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It’s about time the profession started to fight back against unscrupulous competitions

It would be good to see RIBA warning members off from competitions where the likelihood of a decent outcome is low, writes Paul Finch

Unscrupulous clients hold architectural competitions when (a) they do not control the site, (b) do not have funding available to build, (c) will not make any commitment to proceed with a winning design, or (d) all of the above. Their reasons for launching competitions are to get free ideas from a beleaguered profession or to delay making a real decision about a site. The fact that so many architects are apparently prepared to waste their time and money helping these jackals out is only understandable given the dearth of work in many parts of the country.

It is about time the profession started to fight back, as it has done over the clowns who were proposing a nil-fee arrangement for a substantial amount of housing design work. However, that was a rare example of general outrage among many cases that go unreported, partly because practices are generally reluctant to get a reputation as being ‘difficult’ by blowing the whistle over unprofessional behaviour.

Some of the horror stories I recently came across, prior to the Architecture Foundation’s excellent seminar on the subject last month, included an unpaid competition where the intellectual property of all the practices submitting designs would immediately be transferred to the client. Presumably adapting the old dictum to read ‘All intellectual property is theft’.

Another concerned a competition where the niceties of design were set to one side, with practices joining in a secret ‘auction’, where they made fee bid offers on a certain day in a certain time frame, the winner being the lowest. Never mind the quality, feel the width.

Yet another involved shortlisted practices going to see a local authority site and finding two more firms on the shortlist than had been advertised ‘because we thought it would be great to get as many people designing as possible’. Without payment, obviously. The correct response would have been for all the firms to head straight for the station - but tough to do without a collective ethos.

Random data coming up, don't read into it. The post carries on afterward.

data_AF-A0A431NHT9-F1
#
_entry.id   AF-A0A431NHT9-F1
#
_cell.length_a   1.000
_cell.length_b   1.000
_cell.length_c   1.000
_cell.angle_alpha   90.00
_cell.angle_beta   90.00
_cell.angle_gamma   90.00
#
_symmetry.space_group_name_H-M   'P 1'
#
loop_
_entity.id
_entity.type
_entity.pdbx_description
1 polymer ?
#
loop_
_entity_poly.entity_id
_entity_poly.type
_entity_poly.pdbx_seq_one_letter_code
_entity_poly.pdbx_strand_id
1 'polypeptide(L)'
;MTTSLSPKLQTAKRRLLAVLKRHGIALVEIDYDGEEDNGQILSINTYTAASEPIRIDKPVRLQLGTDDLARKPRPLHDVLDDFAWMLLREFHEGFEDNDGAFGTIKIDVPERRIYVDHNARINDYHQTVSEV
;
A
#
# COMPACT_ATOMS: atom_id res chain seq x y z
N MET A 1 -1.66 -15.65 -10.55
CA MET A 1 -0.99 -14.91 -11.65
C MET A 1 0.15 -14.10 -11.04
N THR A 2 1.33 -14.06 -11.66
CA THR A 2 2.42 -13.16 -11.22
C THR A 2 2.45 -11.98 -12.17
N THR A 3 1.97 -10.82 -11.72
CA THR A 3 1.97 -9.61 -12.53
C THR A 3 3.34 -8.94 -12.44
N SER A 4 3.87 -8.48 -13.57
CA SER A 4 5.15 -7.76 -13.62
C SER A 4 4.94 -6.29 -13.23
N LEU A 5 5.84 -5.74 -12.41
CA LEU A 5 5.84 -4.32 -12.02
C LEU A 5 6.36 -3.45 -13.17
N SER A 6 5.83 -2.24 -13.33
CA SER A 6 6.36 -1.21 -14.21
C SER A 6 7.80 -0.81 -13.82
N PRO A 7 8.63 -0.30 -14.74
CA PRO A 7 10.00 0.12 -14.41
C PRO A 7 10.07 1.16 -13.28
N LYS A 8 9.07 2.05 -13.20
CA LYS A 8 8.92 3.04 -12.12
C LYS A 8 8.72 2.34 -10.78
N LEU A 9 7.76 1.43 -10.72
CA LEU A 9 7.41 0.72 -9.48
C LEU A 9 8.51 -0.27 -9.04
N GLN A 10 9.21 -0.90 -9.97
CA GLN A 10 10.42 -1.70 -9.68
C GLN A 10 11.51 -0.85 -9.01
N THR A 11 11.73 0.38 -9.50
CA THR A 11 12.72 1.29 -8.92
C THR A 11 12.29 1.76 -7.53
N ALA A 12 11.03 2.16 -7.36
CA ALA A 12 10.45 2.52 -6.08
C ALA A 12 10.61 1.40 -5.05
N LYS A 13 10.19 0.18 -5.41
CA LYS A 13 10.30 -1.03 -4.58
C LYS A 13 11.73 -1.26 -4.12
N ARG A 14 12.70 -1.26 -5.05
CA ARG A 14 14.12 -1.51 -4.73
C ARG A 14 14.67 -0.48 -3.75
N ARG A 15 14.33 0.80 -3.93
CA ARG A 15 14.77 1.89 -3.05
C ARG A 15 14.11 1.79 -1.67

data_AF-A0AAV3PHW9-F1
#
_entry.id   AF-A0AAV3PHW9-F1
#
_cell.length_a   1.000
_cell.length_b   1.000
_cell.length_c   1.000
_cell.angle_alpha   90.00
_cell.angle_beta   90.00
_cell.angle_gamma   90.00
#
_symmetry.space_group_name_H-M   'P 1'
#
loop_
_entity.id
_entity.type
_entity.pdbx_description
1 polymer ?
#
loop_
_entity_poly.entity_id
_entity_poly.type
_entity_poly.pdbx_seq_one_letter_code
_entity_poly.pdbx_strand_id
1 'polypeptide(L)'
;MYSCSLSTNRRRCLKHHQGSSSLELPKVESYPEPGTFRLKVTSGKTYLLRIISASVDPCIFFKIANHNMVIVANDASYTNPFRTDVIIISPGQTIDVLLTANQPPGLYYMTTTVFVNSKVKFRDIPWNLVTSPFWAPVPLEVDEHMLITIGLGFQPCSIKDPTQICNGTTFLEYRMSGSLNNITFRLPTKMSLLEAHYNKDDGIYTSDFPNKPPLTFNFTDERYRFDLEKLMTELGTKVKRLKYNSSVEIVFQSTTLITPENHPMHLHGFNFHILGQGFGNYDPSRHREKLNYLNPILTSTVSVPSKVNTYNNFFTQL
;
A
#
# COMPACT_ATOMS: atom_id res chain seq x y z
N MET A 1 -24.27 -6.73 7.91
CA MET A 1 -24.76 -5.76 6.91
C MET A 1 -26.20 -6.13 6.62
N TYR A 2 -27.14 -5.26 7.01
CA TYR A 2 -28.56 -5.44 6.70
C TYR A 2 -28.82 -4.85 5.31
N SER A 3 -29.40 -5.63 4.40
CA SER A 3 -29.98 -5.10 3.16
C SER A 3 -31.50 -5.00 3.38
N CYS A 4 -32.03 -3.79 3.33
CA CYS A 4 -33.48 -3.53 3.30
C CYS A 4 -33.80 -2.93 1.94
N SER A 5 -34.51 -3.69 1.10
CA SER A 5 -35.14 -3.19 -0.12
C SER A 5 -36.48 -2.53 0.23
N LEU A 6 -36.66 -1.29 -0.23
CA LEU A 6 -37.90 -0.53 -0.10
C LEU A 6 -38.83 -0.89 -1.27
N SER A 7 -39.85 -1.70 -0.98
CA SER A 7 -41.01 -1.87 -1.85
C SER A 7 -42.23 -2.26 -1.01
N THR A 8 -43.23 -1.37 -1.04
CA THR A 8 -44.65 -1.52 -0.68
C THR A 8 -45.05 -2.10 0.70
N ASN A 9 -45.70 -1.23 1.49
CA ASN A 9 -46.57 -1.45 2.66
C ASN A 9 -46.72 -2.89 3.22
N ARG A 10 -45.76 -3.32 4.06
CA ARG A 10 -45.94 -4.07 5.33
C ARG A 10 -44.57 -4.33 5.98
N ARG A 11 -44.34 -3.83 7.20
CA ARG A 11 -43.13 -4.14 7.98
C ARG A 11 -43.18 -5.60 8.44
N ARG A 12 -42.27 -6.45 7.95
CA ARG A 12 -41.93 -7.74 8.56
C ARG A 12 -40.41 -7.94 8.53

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Provided it can do so without running foul of monopoly legislation, it would be good to see the RIBA warning members off from entering competitions where the likelihood of a decent outcome is low to zero. At present the institute promotes competitions by running them - plenty successful, some not. Warning off is not the same thing as trying to ban practices from exercising free will, which would almost certainly be illegal. But it would be a mark of the institute’s determination to nip dreadful resource-wasting in the bud if it undertook such an initiative. It would never be perfect, and would probably not have been effective in stopping Islington Council’s recent mendacious invitation to architects to join its framework agreement. But it would be a start.

It wouldn’t be too difficult to produce a pro forma, starting with a note about the promoters - have they ever built anything? Have they run a competition before? Who is actually running the competition? Does the client control the site? Is the client committed to building the winning design? Is the client committed to building any of the submitted designs? Will design work be paid for? If models are required, will the cost be covered? How many practices will be shortlisted? Is there any independent group of assessors? Does it contain architects (and, if not, why not?). And so on.

Privately-run invited competitions are another matter, but anyone undertaking them should ask themselves the same sorts of questions before they make another voluntary donation of time and money to people who will be laughing all the way to the bank - unlike the architects involved.

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